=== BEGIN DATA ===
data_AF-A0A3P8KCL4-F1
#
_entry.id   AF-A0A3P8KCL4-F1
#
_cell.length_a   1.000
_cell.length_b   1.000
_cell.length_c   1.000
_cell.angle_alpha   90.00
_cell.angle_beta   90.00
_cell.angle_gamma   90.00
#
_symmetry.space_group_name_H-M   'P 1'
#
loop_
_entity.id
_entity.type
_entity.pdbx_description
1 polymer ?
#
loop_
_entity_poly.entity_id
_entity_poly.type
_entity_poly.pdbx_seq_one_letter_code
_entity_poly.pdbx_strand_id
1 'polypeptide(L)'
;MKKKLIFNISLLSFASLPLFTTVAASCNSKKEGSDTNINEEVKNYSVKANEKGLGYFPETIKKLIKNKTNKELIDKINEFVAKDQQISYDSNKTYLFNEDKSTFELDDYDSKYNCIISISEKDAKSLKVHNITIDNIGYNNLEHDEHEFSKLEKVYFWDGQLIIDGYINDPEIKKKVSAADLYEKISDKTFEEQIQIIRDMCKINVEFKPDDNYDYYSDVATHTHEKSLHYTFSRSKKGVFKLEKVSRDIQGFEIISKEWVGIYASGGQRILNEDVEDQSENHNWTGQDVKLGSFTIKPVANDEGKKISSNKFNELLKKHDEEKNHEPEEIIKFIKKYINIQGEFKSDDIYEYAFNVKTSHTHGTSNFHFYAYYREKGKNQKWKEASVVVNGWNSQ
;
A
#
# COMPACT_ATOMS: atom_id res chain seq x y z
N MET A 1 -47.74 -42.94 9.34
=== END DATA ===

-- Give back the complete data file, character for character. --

data_AF-A0A3P8KCL4-F1
#
_entry.id   AF-A0A3P8KCL4-F1
#
_cell.length_a   1.000
_cell.length_b   1.000
_cell.length_c   1.000
_cell.angle_alpha   90.00
_cell.angle_beta   90.00
_cell.angle_gamma   90.00
#
_symmetry.space_group_name_H-M   'P 1'
#
loop_
_entity.id
_entity.type
_entity.pdbx_description
1 polymer ?
#
loop_
_entity_poly.entity_id
_entity_poly.type
_entity_poly.pdbx_seq_one_letter_code
_entity_poly.pdbx_strand_id
1 'polypeptide(L)'
;MKKKLIFNISLLSFASLPLFTTVAASCNSKKEGSDTNINEEVKNYSVKANEKGLGYFPETIKKLIKNKTNKELIDKINEFVAKDQQISYDSNKTYLFNEDKSTFELDDYDSKYNCIISISEKDAKSLKVHNITIDNIGYNNLEHDEHEFSKLEKVYFWDGQLIIDGYINDPEIKKKVSAADLYEKISDKTFEEQIQIIRDMCKINVEFKPDDNYDYYSDVATHTHEKSLHYTFSRSKKGVFKLEKVSRDIQGFEIISKEWVGIYASGGQRILNEDVEDQSENHNWTGQDVKLGSFTIKPVANDEGKKISSNKFNELLKKHDEEKNHEPEEIIKFIKKYINIQGEFKSDDIYEYAFNVKTSHTHGTSNFHFYAYYREKGKNQKWKEASVVVNGWNSQ
;
A
#
# COMPACT_ATOMS: atom_id res chain seq x y z
N MET A 1 -47.74 -42.94 9.34